To demonstrate that the variability is indeed caused by the excitation of the multidecadal mode and not by direct forcing of the low frequency component of the NAO index, we compare the cases of NAO index forcing (*Q _{S,}*

_{NAO}) for two values of

*γ*. Figure 7a shows the variations in temperature seen for the cases with

*γ*= 0.8 and

*γ*= 0.0 (pure restoring conditions). The spectrum of the

*γ*= 0.0 case (not shown) does have a small peak at multidecadal frequencies but it is dwarfed by the variability seen in the higher

*γ*case. This illustrates that the further that the system is from the Hopf bifurcation point (in the stable regime), the smaller the variability excited by forcing of a particular strength; that is, the external forcing is unable to generate multidecadal variability in the absence of the multidecadal mode, or even when it is present but strongly damped.

Next we perform two additional tests to study the decay of the multidecadal mode through the relaxation of the system back to a steady state after forcing (which excites the multidecadal mode) has been removed. The surface flux pattern associated with the NAO+ state (*Q _{S,}*

_{NAO+}; flux positive in the southern half of the basin and negative in the north) was applied to the ocean model in equilibrium (with

*γ*= 0.8) for a duration of 10 years and then removed so that the model could relax back to equilibrium. A similar test was carried out with the flux pattern of the NAO− state (

*Q*

_{S,}_{NAO−}; flux negative in the southern half of the basin and positive in the north). The overturning strength and surface temperature are plotted in Fig. 7b. After the additional forcing is removed, the ocean undergoes a series of oscillations with a multidecadal period, with the oscillations decaying as the system relaxes back to its equilibrium state.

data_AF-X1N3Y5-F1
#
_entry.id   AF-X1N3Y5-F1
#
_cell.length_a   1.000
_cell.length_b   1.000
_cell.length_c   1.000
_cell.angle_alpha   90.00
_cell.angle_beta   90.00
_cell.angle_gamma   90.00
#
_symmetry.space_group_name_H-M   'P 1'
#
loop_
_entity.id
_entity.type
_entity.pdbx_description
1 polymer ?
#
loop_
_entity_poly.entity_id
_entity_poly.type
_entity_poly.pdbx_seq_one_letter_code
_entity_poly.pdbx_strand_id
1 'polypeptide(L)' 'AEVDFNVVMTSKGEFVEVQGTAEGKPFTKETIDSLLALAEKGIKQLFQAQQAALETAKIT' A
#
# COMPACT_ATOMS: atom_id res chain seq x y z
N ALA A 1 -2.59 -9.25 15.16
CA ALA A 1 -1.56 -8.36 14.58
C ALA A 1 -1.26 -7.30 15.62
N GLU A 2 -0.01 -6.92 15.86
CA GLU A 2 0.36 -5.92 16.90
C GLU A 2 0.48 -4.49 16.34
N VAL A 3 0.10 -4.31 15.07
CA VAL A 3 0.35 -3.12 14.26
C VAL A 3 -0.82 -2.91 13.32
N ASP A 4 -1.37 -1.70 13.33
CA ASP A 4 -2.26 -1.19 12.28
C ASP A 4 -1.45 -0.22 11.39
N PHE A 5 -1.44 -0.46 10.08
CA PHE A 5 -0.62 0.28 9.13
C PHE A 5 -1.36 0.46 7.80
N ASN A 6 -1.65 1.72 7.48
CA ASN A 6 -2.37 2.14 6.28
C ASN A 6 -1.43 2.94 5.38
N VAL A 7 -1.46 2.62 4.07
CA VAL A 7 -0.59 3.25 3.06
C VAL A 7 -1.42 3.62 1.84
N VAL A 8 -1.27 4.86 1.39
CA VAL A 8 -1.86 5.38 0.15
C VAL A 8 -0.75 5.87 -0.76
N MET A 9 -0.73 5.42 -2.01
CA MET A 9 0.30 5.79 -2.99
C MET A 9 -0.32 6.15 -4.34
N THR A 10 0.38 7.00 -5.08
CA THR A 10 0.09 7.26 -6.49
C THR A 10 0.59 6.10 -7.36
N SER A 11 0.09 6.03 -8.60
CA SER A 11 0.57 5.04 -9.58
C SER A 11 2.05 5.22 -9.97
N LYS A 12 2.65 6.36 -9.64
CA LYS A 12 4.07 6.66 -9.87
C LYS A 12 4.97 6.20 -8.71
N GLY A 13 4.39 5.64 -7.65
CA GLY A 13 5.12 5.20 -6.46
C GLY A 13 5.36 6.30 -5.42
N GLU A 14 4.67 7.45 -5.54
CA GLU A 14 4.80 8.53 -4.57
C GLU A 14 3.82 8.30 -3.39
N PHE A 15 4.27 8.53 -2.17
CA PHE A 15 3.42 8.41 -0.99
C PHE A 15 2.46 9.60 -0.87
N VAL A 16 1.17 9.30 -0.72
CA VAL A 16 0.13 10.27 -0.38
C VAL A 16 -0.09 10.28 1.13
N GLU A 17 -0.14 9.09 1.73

### d. Mechanism of excitation

The results in the previous sections show that a multidecadal mode that destabilizes the background state for values of *γ* > *γ _{c}* can also be excited under conditions where

*γ*<

*γ*by noisy forcing. To identify the mechanism of this excitation we take a look at background states. Noise can rectify the background state and the background state has an effect on the stability of the multidecadal mode. Thus, the effect of the background state on the stability of the multidecadal mode is investigated. Figure 8a shows the MOC of the background state with steady forcing (i.e., no noise) with

_{c}*γ*= 0.8. In one simulation, the model is then forced with the (steady) surface heat flux pattern associated with a permanent NAO+ state until a steady state is reached. Figure 8b shows the difference between the MOC of this new time-mean state and the steady state under standard no-noise forcing. In another simulation, this is repeated for a steady permanent NAO− forcing, and the difference between this time-mean state and the standard no noise case is shown in Fig. 8c.